Article  PubMed  PubMed Central  Google Scholar 

  6. Bugg, J. M. (2014). Conflict-triggered top-down control: default mode, last resort, or no such thing. Journal of Experimental Psychology: Learning, Memory, and Cognition, 40, 567–587.

    PubMed  Google Scholar 

  7. Cohen, J. (1988). Statistical power analysis for the behavioral sciences. 2nd edn. Hillsdale, New Jersey: L. Erlbaum Associates.

  8. Colzato, L. S., Raffone, A., & Hommel, B. (2006). What do we learn from binding features? Evidence for multilevel feature integration. Journal of Experimental Psychology: Human Perception and Performance, 32, 705–716.

    PubMed  Google Scholar 

  9. Crump, M. J., Gong, Z., & Milliken, B. (2006). The context-specific proportion congruent Stroop effect: Location as a contextual cue. Psychonomic Bulletin and Review, 13, 316–321. doi:10.3758/BF03193850.

    Article  PubMed  Google Scholar 

  10. Crump, M. J., & Milliken, B. (2009). The flexibility of context-specific control: Evidence for context-driven generalization of item-specific control settings. Quarterly Journal of Experimental Psychology, 62, 1523–1532. doi:10.1080/17470210902752096.

    Article  Google Scholar 

  11. Crump, M. J. C., Vaquero, J. M. M., & Milliken, B. (2008). Context-specific learning and control: The role of awareness, task-relevance, and relative salience. Consciousness and Cognition, 17, 22–36. doi:10.1016/j.concog.2007.01.004.

    Article  PubMed  Google Scholar 

  12. Duthoo, W., Abrahamse, E., Braem, S., Boehler, C. N., & Notebaert, W. (2014a). The heterogeneous world of congruency sequence effects: An update. Frontiers in Psychology, 5, 1001. doi:10.3389/fpsyg.2014.01001.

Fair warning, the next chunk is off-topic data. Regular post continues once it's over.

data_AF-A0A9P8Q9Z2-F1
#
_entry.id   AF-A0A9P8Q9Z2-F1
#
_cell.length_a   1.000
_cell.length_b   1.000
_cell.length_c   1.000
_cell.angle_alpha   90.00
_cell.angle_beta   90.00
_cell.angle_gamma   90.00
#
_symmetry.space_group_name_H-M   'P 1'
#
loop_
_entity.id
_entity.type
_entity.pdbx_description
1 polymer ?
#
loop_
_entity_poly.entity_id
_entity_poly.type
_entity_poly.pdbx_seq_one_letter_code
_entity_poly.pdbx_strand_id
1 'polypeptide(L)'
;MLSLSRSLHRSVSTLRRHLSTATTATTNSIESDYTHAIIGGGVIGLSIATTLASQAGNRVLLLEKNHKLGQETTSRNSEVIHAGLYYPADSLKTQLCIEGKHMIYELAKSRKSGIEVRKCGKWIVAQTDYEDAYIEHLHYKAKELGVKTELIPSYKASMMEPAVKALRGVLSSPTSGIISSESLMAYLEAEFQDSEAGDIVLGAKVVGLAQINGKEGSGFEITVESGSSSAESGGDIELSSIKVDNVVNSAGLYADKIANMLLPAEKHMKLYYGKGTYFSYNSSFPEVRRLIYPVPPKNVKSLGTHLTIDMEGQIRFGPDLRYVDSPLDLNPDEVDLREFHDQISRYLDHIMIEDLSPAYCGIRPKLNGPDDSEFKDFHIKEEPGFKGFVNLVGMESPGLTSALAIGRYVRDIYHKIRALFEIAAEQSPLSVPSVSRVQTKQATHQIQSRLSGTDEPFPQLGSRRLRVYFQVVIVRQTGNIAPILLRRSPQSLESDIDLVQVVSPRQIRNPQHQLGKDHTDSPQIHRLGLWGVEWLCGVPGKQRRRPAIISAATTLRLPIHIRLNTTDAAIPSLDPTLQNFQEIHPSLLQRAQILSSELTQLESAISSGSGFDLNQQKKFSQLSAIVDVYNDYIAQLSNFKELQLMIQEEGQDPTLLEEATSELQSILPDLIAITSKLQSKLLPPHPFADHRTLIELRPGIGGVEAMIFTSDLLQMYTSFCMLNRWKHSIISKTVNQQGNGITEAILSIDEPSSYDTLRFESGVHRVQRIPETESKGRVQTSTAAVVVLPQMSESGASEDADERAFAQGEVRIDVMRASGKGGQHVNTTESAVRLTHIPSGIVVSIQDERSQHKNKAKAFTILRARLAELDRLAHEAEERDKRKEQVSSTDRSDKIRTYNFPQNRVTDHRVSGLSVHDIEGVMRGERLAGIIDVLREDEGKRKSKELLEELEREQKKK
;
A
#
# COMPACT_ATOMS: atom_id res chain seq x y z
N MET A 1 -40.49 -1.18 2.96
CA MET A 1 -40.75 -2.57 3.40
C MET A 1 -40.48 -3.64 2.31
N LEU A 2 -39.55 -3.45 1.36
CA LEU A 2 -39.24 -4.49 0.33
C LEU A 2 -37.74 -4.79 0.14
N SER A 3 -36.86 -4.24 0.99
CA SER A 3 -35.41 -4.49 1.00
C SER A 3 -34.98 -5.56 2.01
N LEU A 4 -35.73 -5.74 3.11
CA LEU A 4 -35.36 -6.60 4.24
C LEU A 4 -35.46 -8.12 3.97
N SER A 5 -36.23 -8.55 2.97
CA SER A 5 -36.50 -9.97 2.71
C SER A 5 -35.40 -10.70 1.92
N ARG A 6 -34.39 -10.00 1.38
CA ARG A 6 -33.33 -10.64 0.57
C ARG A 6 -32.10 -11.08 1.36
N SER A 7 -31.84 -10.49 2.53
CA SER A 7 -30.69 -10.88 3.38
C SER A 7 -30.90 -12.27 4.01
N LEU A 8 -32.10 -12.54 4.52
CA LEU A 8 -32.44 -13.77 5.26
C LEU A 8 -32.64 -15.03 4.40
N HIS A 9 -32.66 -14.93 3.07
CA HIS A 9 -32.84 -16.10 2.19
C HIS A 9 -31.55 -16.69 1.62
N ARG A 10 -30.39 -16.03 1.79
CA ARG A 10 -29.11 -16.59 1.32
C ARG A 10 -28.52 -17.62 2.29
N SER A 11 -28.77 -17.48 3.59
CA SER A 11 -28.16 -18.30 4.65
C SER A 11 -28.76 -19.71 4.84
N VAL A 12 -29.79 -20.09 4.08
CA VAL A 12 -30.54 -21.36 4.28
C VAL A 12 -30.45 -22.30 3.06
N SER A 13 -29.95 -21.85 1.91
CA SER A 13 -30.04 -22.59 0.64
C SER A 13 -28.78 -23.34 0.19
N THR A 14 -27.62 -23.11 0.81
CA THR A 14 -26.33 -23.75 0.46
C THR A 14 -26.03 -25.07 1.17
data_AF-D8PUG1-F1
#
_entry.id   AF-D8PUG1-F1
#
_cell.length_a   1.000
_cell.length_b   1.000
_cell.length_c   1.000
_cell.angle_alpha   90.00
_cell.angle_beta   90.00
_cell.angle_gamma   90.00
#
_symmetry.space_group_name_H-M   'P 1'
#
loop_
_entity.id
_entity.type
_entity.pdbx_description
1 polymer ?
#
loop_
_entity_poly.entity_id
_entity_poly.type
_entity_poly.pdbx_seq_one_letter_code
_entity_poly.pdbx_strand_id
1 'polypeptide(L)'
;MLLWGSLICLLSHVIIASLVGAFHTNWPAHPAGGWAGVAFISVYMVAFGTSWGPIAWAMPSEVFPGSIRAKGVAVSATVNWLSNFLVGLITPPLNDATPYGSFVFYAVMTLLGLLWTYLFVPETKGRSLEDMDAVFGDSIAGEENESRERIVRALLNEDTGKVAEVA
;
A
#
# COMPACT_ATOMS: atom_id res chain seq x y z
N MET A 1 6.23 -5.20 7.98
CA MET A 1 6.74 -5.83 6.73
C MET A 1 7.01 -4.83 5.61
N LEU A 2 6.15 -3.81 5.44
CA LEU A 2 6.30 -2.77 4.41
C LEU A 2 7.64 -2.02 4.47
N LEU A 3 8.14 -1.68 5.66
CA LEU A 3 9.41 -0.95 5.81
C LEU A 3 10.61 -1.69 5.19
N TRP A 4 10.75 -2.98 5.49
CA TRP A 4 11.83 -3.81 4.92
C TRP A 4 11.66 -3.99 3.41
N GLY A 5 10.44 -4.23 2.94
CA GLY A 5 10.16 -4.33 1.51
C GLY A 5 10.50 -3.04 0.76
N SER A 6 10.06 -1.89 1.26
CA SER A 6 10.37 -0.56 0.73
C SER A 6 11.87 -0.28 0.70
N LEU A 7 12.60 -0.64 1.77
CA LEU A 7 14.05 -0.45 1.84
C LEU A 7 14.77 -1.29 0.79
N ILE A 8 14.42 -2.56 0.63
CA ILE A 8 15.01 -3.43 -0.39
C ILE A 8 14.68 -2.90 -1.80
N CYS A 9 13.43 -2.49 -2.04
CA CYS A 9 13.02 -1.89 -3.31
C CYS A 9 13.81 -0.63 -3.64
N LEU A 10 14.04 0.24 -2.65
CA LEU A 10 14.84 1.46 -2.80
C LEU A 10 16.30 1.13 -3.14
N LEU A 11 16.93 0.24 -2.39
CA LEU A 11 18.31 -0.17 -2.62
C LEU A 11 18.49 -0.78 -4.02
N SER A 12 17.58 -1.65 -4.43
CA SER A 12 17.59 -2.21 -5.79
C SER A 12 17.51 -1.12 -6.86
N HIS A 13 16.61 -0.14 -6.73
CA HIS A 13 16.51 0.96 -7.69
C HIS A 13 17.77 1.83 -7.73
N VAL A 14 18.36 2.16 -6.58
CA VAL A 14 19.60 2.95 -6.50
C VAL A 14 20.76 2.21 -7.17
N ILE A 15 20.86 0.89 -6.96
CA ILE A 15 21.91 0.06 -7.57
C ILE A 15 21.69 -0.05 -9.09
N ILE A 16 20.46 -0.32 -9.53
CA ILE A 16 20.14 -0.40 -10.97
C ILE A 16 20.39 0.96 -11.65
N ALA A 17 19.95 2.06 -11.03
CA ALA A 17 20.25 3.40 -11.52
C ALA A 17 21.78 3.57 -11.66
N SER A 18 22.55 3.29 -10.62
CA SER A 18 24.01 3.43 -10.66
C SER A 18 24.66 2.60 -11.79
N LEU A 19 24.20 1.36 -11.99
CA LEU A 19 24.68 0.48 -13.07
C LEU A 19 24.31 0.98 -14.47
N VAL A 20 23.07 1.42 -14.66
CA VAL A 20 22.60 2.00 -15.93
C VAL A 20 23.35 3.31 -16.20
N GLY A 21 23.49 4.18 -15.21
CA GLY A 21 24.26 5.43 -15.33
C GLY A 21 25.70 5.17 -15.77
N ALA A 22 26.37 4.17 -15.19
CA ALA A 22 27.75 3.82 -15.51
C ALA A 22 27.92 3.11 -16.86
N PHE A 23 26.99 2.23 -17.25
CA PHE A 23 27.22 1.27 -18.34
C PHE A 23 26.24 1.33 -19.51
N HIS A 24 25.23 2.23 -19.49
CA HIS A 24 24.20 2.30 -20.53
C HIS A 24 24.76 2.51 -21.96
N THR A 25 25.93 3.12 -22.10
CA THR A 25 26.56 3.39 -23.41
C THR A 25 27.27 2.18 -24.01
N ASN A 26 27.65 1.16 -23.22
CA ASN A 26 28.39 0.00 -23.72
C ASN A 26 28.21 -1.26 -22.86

Article  PubMed  PubMed Central  Google Scholar 

  13. Duthoo, W., Abrahamse, E. L., Braem, S., Boehler, C. N., & Notebaert, W. (2014b). The congruency sequence effect 3.0: A critical test of conflict adaptation. PLoS One, 9(10), e110462. doi:10.1371/journal.pone.0110462.

    Article  PubMed  PubMed Central  Google Scholar 

  14. Duthoo, W., & Notebaert, W. (2012). Conflict adaptation: It is not what you expect. The Quarterly Journal of Experimental Psychology, 65(10), 1993–2007.

    Article  PubMed  Google Scholar 

  15. Egner, T. (2007). Congruency sequence effects and cognitive control. Cognitive, Affective, and Behavioral Neuroscience, 7, 380–390.

    Article  Google Scholar 

  16. Egner, T. (2014). Creatures of habit (and control): A multi-level learning perspective on the modulation of congruency effects. Frontiers in Psychology, 5, 1247. doi:10.3389/fpsyg.2014.01247.

    Article  PubMed  PubMed Central  Google Scholar 

  17. Eriksen, B. A., & Eriksen, C. W. (1974). Effects of noise letters upon the identification of a target letter in a nonsearch task. Perception and Psychophysics, 16(1), 143–149. doi:10.3758/BF03203267.

    Article  Google Scholar 

  18. Faul, F., Erdfelder, E., Lang, A. G., & Buchner, A. (2007). G*Power3: A flexible statistical power analysis program for the social, behavioral, and biomedical sciences. Behavioral Research Methods, 39, 175–191. doi:10.3758/BF03193146.

    Article  Google Scholar 

  19. Frensch, P. A., Buchner, A., & Lin, J. (1994). Implicit learning of unique and ambiguous serial transitions in the presence and absence of a distractor task. Journal of Experimental Psychology: Learning, Memory, and Cognition, 20, 567–584.